A reliable source

I’ve discovered the high point of my stunted academic career: I have become a Wikipedia footnote. And, until I get to be as famous as one of Paperhouse’s guest posters, that will have to do. The best part is that, if you look at the discussion page, it seems as though my article on Bret Easton Ellis and his not-very-good horror novel has been included as a result of an etiquette-smashing argument between contributors about whether satire can co-exist with unreliable narrators:

let’s just stop this squabble while we still have some dignity.

I’ll add a reference for American Psycho and we’ll leave it at that.

Helping to maintain the dignity of Wikipedia. It’s very nearly as exalted as getting a doctorate.

© Sarah Ditum, 2010

7 thoughts on “A reliable source

  1. Yes, but the article has numerous issues! ;)

    Something tells me, reading your Oxonian Review article, that you’re not a particular fan of Ellis in the first place. Did you want more of an apology or more clarification on the part of Ellis for Bateman’s mental state?

    I wondered if Lunar Park was an element of higher autobiography in the cast of Kingsley and Martin Amis – that if, like Money or The Old Devils, we were unreliable because we’re human. That we’re bound to deny or accept qualities in ourselves or our work that we either detest or respect.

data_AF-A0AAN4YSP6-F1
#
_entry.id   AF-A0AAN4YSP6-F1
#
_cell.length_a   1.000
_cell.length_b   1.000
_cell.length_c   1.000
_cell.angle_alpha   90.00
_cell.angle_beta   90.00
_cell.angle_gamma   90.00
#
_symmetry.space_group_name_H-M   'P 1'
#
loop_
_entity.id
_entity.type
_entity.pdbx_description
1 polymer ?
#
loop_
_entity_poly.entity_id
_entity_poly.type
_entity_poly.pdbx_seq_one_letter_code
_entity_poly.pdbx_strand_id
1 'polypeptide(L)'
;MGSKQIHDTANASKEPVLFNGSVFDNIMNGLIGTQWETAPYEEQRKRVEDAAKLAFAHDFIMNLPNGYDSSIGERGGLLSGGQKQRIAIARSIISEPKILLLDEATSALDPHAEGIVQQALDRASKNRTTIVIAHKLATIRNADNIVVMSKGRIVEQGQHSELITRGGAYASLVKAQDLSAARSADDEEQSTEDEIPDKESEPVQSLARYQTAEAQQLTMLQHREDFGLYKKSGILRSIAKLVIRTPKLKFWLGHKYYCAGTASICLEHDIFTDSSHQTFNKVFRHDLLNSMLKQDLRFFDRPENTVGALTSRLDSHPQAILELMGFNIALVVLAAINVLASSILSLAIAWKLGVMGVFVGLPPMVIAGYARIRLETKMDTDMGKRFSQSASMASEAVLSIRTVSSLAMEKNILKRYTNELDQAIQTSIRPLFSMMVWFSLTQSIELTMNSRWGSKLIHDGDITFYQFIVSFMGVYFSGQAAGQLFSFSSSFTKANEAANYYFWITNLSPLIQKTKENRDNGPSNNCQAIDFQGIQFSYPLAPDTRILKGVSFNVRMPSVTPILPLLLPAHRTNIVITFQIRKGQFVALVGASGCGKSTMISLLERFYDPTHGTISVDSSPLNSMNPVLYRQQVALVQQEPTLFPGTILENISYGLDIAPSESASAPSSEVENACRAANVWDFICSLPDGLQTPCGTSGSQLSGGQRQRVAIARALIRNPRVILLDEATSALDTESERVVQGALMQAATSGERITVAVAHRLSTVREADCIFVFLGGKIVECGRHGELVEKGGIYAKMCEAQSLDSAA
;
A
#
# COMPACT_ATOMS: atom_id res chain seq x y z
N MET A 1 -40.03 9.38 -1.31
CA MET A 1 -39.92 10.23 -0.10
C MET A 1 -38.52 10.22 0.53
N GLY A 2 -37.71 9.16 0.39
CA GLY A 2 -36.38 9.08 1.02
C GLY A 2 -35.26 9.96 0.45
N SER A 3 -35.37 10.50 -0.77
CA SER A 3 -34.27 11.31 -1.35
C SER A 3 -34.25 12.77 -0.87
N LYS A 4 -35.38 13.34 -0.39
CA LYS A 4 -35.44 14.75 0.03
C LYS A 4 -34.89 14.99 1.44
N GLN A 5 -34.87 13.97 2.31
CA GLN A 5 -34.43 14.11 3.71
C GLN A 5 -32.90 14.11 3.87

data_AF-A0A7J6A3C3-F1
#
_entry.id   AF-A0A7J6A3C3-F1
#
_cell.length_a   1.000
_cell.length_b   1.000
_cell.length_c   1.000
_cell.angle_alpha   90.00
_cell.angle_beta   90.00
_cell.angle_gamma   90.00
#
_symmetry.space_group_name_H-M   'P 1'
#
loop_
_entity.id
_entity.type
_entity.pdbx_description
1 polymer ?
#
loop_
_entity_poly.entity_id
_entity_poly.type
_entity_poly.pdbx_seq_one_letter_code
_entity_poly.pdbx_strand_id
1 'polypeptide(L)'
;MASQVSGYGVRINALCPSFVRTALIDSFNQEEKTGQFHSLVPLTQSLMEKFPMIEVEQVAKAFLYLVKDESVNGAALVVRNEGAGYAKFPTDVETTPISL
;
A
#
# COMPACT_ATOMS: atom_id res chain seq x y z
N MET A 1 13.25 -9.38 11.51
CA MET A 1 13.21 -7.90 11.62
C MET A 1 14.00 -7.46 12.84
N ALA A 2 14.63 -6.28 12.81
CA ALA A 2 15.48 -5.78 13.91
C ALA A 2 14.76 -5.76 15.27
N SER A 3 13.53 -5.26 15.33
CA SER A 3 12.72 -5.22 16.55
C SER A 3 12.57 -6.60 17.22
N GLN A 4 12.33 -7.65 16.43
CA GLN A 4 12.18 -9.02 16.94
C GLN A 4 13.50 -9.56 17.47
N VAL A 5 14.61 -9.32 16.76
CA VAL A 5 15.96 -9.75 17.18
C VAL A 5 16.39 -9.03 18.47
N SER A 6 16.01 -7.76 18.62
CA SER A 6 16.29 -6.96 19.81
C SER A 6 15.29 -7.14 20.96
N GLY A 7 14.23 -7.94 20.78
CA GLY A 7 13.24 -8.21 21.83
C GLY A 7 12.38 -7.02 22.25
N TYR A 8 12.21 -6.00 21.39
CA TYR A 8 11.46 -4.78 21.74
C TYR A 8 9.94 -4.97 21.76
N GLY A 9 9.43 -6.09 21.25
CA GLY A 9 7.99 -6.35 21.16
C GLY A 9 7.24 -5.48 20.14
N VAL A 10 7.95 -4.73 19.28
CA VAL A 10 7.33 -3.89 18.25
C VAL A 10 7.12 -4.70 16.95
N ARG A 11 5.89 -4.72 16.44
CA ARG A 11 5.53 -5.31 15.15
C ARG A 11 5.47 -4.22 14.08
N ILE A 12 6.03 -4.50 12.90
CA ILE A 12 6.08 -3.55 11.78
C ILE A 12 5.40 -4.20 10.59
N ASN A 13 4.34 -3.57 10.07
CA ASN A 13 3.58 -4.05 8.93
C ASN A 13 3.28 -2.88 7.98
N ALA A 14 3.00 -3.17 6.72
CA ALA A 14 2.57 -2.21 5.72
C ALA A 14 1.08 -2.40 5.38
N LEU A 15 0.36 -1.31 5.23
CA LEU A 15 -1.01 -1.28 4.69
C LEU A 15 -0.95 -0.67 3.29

2. My favourite Ellis novel is The Rules of Attraction so my opinion probably can’t be trusted. I read Watt by Samuel Beckett recently & that reminded me of Ellis in an odd way.

  3. I haven’t read The Rules Of Attraction – I tried to, but my copy was misbound and everything happened in the wrong order. Even then I persevered for a bit like a good little literature undergraduate in the hope it was all an exciting pomo conceit.

    If it had been, it would have been better than all that “Jayster” bullshit in LP.

  4. That’s an enormous relief…

    …haven’t read Lunar Park, unfortunately, but I think I should. However, it’s retailing at $45, so that won’t happen any time soon. A one-time supervisor liked it enough to comment on it in a random email once.

  5. Well done you! I haven’t got anything anywhere near as important as a Wikipedia citation. (And now you need to stop thinking that I’m kidding. I mean it!)

  6. My all-time favourite Wikipedia discussion quotation, which I regretfully cannot now find, was something like “look, I’d like to contribute more to this debate, but I’m neck deep over at Buddhism right now”. And if that were all Wikipedia had done for me, it would still be enough.

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